Originally posted to MySpace on:
November 22, 2007
Native speakers of the English language have a terrible problem: we’re stuck reading an epic poem in high school called Beowulf. Though the majority of us forget the story’s place in history as the English language’s first written epic (Old English to be exact), some of us at least remember the story itself. A hero named Beowulf sails to a kingdom to slay a monster called Grendel and all hell breaks loose. The monster has a mom, etc., etc., and those of us who are honest with ourselves can admit that we don’t understand the bleedin’ thing because Old English is nothing like Modern English, and that remembering its origin as the English language’s first written epic is the easy part.
Well, as the proud owner of a Bachelor’s in English, I should know the story of Beowulf like the back of my cracking hand (yes, winter is approaching, hence the seasonal need for Nivea). But I don’t. Or didn’t. I read the poem. Didn’t get it. Saw the Mud Show at the Renaissance Festival (twice). Kinda got it, but not really. Felt stupid, and yet, proud to be a Floridian. Then the movie came out. And I think it’s accurate sort of. I saw it a few hours ago. Now I get it; my degree is now justified. Now I can sleep.
Beowulf didn’t just slay a monster. He secured his future as the king of Denmark (or at least the king of that particular place in Denmark—the actual kingdom is still unclear, probably because the names are Nordic and I speak the Norse languages as well as I speak Old English). And with it, he secured the sins that came with the job. Namely, the illegitimate fathering of monsters.
Now, from a layman’s point of view, it seems the only way for a mortal man to father a monster (especially an illegitimate one) is for him to conceive a child with a female monster. Those of us men who tend to think visually will agree that such a thought is hideous. Thanks to the invention of modern advertising, many of us can’t even get past that unsightly blemish or twinge of obesity that strikes some of our waylaying objects of affection, much less a green, slimy, Medusa-looking thing. How the hell can Beowulf get past that?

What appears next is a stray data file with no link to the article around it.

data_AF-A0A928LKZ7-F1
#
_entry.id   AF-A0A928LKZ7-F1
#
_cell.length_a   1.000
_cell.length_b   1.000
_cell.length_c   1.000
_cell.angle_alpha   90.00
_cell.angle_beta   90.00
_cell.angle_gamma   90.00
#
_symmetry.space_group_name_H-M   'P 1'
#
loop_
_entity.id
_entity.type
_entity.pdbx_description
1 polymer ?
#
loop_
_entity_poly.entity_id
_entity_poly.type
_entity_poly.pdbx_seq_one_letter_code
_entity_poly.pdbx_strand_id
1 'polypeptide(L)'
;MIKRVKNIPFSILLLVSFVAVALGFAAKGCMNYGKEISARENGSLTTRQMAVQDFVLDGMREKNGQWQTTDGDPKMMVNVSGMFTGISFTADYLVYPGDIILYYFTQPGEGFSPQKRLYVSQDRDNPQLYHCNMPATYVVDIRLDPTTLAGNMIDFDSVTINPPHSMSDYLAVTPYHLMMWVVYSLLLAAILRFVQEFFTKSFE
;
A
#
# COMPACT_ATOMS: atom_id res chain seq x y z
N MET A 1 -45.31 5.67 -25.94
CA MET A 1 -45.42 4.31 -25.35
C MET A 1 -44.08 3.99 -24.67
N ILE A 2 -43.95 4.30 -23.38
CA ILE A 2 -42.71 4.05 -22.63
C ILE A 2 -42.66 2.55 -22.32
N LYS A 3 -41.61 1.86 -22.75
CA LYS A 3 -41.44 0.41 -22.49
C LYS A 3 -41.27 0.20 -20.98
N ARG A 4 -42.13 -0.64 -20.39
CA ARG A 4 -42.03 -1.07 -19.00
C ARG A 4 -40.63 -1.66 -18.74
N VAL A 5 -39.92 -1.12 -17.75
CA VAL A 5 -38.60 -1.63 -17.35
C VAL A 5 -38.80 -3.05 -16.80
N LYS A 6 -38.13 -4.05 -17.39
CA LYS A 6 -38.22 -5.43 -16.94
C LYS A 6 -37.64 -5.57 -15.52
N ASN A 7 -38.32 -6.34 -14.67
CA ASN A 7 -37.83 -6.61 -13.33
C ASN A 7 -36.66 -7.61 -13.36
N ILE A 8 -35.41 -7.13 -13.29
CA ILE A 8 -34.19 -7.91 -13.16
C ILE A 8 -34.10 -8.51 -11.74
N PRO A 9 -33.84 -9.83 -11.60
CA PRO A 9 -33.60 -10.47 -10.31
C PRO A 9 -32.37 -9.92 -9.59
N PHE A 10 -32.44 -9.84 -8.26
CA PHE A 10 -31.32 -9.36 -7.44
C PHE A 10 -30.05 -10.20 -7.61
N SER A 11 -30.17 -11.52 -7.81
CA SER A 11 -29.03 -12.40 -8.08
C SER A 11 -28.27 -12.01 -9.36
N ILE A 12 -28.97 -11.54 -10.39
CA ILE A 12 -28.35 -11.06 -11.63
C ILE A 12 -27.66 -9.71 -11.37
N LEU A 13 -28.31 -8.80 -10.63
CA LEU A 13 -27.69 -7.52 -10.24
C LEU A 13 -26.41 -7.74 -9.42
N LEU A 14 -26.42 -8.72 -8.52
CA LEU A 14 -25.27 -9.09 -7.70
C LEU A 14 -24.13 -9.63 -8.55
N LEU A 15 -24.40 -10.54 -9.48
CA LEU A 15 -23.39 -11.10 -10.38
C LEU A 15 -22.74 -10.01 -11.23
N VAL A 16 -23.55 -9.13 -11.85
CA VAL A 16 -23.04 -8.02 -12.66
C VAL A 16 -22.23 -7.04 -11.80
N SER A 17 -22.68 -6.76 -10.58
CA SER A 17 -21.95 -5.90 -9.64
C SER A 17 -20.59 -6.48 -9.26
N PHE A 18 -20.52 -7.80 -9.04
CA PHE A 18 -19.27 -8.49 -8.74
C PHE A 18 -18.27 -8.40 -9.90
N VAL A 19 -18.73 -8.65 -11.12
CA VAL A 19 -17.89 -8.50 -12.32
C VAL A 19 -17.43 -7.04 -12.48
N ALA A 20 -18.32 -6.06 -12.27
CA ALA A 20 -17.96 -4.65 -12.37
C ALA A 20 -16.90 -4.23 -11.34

Turns out, he’s not the first. The king before him (name escapes me—another one of those complicated Nordic names) had the same problem. It turns out that Grendel the monster (spoiler alert!!!) is actually the king’s illegitimate monster son (actually, I already ruined it in the second paragraph, so I guess the spoiler alert is ineffective). His own queen won’t give him a legitimate heir because she’s paying him back for sleeping with a green, slimy, Medusa-looking thing. And it’s stressing him out.
Poor legitimate-sonless king.
Of course, that still doesn’t solve our question. We still don’t know how either Beowulf or the king before him could sleep with this creature. The thought—it’s awful. Right?
Beowulf is a hero. He slays the monster with his bare hands. Naked, of course, with a bunch of acrobatic flips, but he still slays him nonetheless. It’s a disturbing sight to see from the sidelines, and yet impressive at the same time. If I tried doing acrobatic flips naked, I might hurt myself. Doing that, and ripping the arm off a hideous monster—that just takes heroism. And a couple things made of steel. Beowulf is a hero.
So, he slays the monster and is given the Golden Dragon Horn (which the king uses as a cup for drinking mead) as a reward. All is well…until Beowulf’s men are murdered in their sleep. Upon split-second investigation, he finds that the kingdom’s monster troubles aren’t over. Grendel’s mom is pissed off. Her son is, after all, now a corpse, thanks to Beowulf’s hand, and now Beowulf has to postpone his journey back to sea to deal with the problem.
Beowulf has to confront the monster, slay her and rid the land of her evil. Doing so would mean peace for the kingdom. Doing so would mean solidifying his place in folklore. It’s all about the song, after all.